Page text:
Fos-related Antigens are involved in the Transcriptional Responses of Locus Coeruleus Neurons to Altered Gravitational Fields in Rats
Authors: Pompeiano M.; D'Ascanio P.; Centini C.; Pompeiano O.; Cirelli C.; Tononi G.
Source: Acta Oto-Laryngologica, Volume 121, Supplement 545, 2 July 2001 , pp. 127-132(6)
Publisher: Informa Healthcare
Abstract:Locus coeruleus (LC) neurons, which have widespread projections to the whole brain, respond to natural stimulation of macular receptors. Using immunocytochemistry we investigated whether rats exposed to altered gravitational fields showed changes in Fos and Fos-related antigen (FRA) protein levels in the LC. Fos protein is induced very rapidly and returns to basal levels within hours after stimulation, while FRAs persist for days or weeks after induction. Adult male albino rats (Fisher 344) were sacrificed at different time points during a space flight (NASA Neurolab Mission, STS-90) and the numbers of Fos- and FRA-positive cells in the LC were counted and compared to those in ground-based control rats. No significant changes in Fos protein expression were detected in the LC under different space flight conditions. In contrast, the number of FRA-positive cells increased on average to 167% of that of the controls at FD2, i.e. when gravity increased from 1 to 3g during the launch before reaching about 0g. FRA-labeled neurons then decreased to 46% of control values at FD14, i.e. after adaptation to 0g, but increased again to 317% of control values at R + 1, when the animals were exposed to an increase in gravitational force from 0 to 1.5-1.8g before reaching 1g during landing. The number of labeled cells was 193% of the control values at R + 13, i.e. after readaptation to 1g. Thus gravitational force appears to be very effective in inducing a long-term increase in FRA protein expression in the LC. Because activity in the noradrenergic LC neurons may increase Fos expression in several target structures, we postulate that the long-lasting induction of FRAs in the LC at FD2, and more prominently at R + 1, may contribute to the long-term molecular changes which probably occur in the brain during adaptation to 0g and readaptation to 1g.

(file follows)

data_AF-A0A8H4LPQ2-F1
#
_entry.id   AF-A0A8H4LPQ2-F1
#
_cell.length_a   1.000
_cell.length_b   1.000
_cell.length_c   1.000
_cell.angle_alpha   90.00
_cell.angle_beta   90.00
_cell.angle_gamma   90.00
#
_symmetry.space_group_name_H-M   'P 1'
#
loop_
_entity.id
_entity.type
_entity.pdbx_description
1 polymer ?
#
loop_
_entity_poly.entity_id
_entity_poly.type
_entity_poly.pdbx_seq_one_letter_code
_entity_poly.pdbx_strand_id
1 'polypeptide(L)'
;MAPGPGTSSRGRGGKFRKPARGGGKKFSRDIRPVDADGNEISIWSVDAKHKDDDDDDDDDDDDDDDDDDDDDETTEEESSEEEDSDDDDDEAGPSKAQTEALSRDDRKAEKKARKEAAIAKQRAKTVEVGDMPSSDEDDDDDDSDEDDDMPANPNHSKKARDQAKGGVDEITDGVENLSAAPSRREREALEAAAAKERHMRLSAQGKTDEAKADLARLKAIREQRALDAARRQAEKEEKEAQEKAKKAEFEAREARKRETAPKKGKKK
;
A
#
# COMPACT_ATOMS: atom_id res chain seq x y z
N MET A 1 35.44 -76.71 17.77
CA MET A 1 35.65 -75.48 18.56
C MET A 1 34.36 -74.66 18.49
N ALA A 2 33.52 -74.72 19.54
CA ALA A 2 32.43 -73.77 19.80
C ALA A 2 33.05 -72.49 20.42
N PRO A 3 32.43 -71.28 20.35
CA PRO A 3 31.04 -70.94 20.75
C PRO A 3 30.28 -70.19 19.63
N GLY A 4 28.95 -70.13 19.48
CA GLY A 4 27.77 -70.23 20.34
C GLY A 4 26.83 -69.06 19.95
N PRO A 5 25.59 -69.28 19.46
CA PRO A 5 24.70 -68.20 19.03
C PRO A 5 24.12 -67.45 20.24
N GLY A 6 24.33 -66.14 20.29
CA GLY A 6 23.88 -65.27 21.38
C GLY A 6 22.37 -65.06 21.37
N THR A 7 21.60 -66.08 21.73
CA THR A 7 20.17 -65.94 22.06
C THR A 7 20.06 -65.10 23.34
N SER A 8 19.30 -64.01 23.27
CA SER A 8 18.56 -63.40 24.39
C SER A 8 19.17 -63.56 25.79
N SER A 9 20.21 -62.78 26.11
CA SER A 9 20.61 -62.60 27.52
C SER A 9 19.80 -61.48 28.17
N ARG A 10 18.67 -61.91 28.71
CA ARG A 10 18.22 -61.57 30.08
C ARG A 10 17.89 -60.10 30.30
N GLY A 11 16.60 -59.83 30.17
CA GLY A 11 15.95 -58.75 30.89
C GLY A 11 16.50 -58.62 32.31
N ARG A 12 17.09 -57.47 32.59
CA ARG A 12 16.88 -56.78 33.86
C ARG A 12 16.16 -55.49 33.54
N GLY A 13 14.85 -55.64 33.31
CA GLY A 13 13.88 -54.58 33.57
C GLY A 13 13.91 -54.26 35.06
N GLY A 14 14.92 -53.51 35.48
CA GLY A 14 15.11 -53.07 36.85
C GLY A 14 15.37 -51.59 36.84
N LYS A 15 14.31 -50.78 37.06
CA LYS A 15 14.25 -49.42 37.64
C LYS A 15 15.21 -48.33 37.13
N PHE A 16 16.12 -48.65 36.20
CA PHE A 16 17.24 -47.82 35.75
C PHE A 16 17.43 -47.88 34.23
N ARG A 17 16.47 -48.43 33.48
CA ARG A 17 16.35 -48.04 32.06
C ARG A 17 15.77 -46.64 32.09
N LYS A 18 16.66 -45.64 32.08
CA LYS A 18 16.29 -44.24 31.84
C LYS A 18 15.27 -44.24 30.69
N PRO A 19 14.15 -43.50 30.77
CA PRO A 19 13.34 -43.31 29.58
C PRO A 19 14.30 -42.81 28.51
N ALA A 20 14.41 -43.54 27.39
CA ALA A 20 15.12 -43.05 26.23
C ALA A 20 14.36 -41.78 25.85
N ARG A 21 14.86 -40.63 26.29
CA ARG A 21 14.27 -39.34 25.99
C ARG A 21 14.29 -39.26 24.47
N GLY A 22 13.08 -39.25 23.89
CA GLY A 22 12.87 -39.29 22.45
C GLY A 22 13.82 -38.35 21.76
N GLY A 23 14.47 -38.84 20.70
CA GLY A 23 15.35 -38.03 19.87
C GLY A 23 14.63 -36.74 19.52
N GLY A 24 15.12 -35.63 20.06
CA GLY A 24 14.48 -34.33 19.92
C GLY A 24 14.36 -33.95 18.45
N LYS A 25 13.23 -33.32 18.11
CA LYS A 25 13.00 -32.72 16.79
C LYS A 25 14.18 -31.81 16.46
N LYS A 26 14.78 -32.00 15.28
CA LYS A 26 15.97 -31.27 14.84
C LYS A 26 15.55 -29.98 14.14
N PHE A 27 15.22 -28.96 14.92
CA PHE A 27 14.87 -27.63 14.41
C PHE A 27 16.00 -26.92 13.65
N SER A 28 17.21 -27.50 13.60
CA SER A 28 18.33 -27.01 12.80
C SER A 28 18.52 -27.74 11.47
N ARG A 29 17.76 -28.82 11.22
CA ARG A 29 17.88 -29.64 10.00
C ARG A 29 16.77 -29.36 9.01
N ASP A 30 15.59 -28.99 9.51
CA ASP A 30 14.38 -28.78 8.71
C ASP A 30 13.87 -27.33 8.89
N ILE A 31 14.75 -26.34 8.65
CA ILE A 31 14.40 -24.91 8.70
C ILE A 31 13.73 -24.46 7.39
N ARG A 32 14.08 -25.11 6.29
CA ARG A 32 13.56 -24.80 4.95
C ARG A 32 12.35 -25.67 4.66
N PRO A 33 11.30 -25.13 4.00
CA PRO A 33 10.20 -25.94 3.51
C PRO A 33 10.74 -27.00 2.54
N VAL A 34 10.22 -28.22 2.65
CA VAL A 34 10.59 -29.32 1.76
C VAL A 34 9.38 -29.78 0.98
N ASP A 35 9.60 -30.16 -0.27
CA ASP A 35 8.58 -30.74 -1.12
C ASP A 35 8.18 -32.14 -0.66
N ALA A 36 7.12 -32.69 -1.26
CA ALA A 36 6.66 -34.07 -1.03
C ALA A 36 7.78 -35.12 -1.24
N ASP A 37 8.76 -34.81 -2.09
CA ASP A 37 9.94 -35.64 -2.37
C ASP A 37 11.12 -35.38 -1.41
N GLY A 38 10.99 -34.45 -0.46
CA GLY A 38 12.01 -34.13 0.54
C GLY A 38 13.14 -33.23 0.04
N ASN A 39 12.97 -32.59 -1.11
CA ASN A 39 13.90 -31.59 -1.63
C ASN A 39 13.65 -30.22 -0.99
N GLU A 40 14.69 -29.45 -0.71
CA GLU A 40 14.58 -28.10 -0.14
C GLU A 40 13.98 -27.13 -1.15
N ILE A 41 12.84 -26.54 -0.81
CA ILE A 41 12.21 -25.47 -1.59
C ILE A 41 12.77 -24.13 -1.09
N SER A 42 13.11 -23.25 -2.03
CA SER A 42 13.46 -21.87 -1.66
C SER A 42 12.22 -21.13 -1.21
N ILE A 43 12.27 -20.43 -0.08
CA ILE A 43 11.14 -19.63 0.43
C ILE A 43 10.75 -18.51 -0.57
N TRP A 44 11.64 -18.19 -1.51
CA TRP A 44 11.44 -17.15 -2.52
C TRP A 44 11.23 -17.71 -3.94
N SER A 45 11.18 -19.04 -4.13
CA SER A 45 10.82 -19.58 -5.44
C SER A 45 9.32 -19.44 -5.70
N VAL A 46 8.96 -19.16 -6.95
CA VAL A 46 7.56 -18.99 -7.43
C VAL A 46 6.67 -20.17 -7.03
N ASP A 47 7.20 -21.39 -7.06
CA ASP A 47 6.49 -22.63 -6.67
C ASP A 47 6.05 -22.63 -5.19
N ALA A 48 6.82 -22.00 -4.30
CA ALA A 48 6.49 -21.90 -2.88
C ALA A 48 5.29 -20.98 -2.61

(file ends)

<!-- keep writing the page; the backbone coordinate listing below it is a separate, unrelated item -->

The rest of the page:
Document Type: Research article
Publication date: 2001-07-02